You do you. There are so many opinions and judgements, and someone always wants to tell you what to do with your kid. Judging is for the Olympics and assholes. We need to stop judging each other and ourselves.
My mom said to me, ‘you were a wife before a mother.’ You have to make time for your husband and marriage, because happy parents make for a better environment for the kids. Scott will gently remind me when he needs more of my attention. We recently had a 12-hour day date. We went to the beach and played beer pong (of all things!) — it was magical.
I look up to my own mom so much. We moved a lot growing up and had very little money, but my mom made everywhere feel like home for us, and I never even realized we were struggling financially. She would stay up all night so the new house was set up when we woke up, and she would find communities where we could make friends. At one point, we lived really far from our school, and she would wait in the car at school all day and just read. She did it all with such love and joy. She’s the definition of strength.
The things where I get to call my folks and share exciting news — going to the White House, speaking at the UN, being asked to be a fellow at Stanford — showing them all their sacrifices were worth it.
Before kids, I defined my success by my career. After Jagger was born, I had to refocus my priorities. There are these events in life that make us realize what is important. The parties, the dinners, even the work events that you felt that the world would end if you missed them — they become non-events. Suddenly you just don’t want to miss a minute with your child. There’s no shame in it — those parties and dinners and work are still going to be there in a few years. But when your child is young, you don’t get that time back.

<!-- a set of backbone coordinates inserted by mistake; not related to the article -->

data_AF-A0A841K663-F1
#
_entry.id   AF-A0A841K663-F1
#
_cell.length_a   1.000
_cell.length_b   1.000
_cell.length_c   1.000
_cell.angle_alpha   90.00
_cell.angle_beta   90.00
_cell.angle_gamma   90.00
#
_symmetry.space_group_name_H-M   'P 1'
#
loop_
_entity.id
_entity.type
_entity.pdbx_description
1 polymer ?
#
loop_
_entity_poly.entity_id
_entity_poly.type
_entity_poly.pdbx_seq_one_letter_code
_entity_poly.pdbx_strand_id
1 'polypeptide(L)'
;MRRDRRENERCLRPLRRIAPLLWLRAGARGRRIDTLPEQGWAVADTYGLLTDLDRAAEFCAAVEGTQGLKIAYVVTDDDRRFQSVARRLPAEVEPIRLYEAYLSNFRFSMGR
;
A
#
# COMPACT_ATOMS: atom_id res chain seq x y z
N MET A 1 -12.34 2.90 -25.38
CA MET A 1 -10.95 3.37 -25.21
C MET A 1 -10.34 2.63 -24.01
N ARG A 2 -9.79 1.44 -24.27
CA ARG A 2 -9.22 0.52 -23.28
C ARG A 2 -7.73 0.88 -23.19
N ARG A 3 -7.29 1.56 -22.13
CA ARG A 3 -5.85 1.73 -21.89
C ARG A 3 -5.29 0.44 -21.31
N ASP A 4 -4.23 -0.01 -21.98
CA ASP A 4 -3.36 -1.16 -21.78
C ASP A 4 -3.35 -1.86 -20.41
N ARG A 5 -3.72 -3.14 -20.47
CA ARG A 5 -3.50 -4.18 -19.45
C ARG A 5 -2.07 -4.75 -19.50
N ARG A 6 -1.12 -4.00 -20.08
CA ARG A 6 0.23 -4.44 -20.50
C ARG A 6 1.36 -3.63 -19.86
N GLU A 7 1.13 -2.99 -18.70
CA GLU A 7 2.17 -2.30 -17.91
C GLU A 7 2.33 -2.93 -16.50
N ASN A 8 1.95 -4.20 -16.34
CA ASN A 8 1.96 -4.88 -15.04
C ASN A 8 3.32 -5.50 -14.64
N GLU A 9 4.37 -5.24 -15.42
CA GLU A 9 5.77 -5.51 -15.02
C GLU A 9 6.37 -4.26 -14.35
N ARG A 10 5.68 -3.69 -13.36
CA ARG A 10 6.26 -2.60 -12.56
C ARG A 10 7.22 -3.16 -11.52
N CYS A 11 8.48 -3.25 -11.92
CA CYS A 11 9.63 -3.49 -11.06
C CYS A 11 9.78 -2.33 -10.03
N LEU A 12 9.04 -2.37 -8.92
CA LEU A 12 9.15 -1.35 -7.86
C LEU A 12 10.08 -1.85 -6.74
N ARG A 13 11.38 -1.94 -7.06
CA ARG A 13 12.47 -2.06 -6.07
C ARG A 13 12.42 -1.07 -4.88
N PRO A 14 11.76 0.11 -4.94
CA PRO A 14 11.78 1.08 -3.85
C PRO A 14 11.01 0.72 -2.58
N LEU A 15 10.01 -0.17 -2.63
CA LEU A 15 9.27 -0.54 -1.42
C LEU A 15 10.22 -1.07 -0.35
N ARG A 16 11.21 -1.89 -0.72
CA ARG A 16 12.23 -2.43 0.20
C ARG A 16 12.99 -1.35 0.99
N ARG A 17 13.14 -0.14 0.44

The second time, you know what goes on, must come off. With Jagger, I enjoyed too much cake and too many bagels, and I struggled postpartum with the baby blues and 20 pounds to lose. I didn’t feel like myself. I made better much better food decisions this time. And I have been training with Nathan Mellalieu for 8 years. He’s the best, he’ll seriously show up at my house if I ignore him. He’ll come over, wear the baby, and shout at me what to do. I’m really grateful to him (for the company and guidance as much as the ass kicking!).
Scott works and travels a lot, so I often put the kids to bed and get up with them. But when he’s home, he’ll often come home just for bath and bedtime and go back to work. He sits in traffic for an hour to give the boys bedtime kisses! It’s unbelievable and impressive.
I’m a huge fan of community dinner and bath time with mom friends. It keeps it from getting isolating. Finding your tribe is so key when you become a mom — you have to put yourself out there in a way you haven’t since grade school. Mom dating is hard, but finding parents that have a similar view of the world and you enjoy being around is so worth it.
I am always obsessed with Zara jeans. And Joshua Sanders sneakers — I own 3 pairs, and they are the only shoes I wear.
Originally published at news.rocketsofawesome.com on April 11, 2017.
Originally published at medium.com